The Korea Food and Drug Safety Agency has urged households and restaurants to strictly adhere to food safety guidelines to prevent bacterial food poisoning as a result of the recent increase in temperatures.
According to the agency, there have been a total of 198 reports of suspected food poisoning cases since the beginning of this year until April, indicating a rising trend in reports caused by pathogenic bacteria such as E. coli compared to the same period over the past five years.
Particularly concerning is the increase in reports caused by pathogenic bacteria such as E. coli and Clostridium perfringens compared to the same period in the past five years (2018-2022), according to the agency.
Among the cases where pathogenic E. coli was confirmed as the cause of food poisoning, many were attributed to careless handling and preparation of salads, as well as the consumption of raw or improperly cooked vegetables.
To prevent such incidents, the agency emphasized the importance of thoroughly washing and refrigerating raw vegetables before consumption.
For large-scale cooking, it is recommended to immerse the produce in chlorine-based disinfectant for about 5 minutes and rinse with running tap water 2-3 times.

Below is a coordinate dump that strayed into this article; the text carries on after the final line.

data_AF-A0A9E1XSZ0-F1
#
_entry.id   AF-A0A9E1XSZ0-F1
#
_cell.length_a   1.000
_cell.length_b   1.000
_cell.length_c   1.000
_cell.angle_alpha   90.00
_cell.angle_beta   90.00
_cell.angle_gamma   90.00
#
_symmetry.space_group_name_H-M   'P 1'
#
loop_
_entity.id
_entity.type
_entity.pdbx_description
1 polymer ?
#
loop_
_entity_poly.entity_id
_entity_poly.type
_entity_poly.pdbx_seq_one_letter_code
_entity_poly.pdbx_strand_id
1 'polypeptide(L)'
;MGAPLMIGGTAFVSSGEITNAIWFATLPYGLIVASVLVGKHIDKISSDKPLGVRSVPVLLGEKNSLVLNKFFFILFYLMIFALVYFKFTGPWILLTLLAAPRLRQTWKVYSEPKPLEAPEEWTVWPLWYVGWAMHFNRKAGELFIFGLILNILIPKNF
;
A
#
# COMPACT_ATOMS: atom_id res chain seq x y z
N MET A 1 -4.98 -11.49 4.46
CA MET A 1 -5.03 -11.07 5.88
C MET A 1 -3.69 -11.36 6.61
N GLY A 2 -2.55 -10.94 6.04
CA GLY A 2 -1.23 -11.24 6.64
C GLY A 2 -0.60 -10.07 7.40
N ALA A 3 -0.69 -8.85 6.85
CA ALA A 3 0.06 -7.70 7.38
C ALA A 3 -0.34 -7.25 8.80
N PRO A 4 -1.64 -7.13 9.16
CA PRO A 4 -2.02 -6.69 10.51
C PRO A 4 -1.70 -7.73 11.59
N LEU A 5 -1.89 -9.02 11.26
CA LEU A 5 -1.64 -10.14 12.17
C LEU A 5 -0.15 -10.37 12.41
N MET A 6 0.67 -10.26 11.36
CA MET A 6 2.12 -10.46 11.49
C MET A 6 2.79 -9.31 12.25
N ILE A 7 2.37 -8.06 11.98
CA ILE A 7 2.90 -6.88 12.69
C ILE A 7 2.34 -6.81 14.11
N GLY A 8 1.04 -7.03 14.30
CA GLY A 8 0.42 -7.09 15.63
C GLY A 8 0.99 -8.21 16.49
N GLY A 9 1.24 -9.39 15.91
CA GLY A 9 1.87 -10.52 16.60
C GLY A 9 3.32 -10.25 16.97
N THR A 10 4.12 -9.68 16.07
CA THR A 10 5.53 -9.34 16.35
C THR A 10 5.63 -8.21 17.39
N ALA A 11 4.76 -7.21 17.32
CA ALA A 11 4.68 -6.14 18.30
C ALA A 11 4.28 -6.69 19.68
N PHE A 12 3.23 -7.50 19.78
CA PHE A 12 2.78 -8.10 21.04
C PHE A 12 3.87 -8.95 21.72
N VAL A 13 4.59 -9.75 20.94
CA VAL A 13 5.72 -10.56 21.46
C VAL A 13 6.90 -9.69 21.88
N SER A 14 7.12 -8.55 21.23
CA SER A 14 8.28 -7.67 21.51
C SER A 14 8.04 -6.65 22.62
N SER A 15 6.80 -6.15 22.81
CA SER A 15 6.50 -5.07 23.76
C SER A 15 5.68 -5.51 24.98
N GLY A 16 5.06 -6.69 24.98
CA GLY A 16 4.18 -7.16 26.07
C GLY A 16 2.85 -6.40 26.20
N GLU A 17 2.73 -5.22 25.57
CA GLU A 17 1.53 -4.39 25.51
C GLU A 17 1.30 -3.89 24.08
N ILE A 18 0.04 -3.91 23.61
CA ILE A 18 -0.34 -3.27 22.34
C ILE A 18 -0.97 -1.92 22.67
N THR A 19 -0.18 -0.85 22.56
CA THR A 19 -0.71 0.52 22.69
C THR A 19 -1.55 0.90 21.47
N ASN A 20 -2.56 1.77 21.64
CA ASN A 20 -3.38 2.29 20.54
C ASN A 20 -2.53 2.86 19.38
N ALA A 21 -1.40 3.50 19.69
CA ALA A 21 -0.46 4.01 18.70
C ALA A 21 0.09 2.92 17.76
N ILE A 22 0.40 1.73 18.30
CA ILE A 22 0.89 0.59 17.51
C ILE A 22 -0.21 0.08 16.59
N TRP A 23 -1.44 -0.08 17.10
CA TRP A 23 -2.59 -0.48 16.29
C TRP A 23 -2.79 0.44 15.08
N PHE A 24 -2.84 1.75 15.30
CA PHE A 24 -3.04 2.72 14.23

In the case of salmonella-related food poisoning, it primarily occurs when individuals handle eggs and fail to wash their hands before cooking or cross-contaminate other utensils.
Therefore, it is crucial to wash hands with detergent after handling eggs or poultry and ensure that eggs are cooked at a temperature of 75 degrees Celsius or higher for at least one minute, added the agency.
Foodborne illness caused by Staphylococcus aureus can occur when food that has been prepared with unwashed hands is left at room temperature.
Therefore, it is advisable to wear disposable gloves during food preparation and maintain a clean environment, refrigerating the food after cooking.
Clostridium perfringens bacteria dislike oxygen and thrive in environments rich in amino acids, making it more likely to cause food poisoning when large quantities of dishes like stir-fried pork or braised short ribs are prepared and left at room temperature.
To prevent C. perfringens food poisoning, it is recommended to either keep the cooked food hot until serving or quickly cool it down and refrigerate, avoiding leaving it at room temperature.
The agency emphasized the need for heightened vigilance in preventing bacterial food poisoning due to the predicted hotter-than-average summer, stating that norovirus-related food poisoning is still prevalent and highlighting the importance of handwashing with soap, thorough cooking, and proper food storage temperature compliance.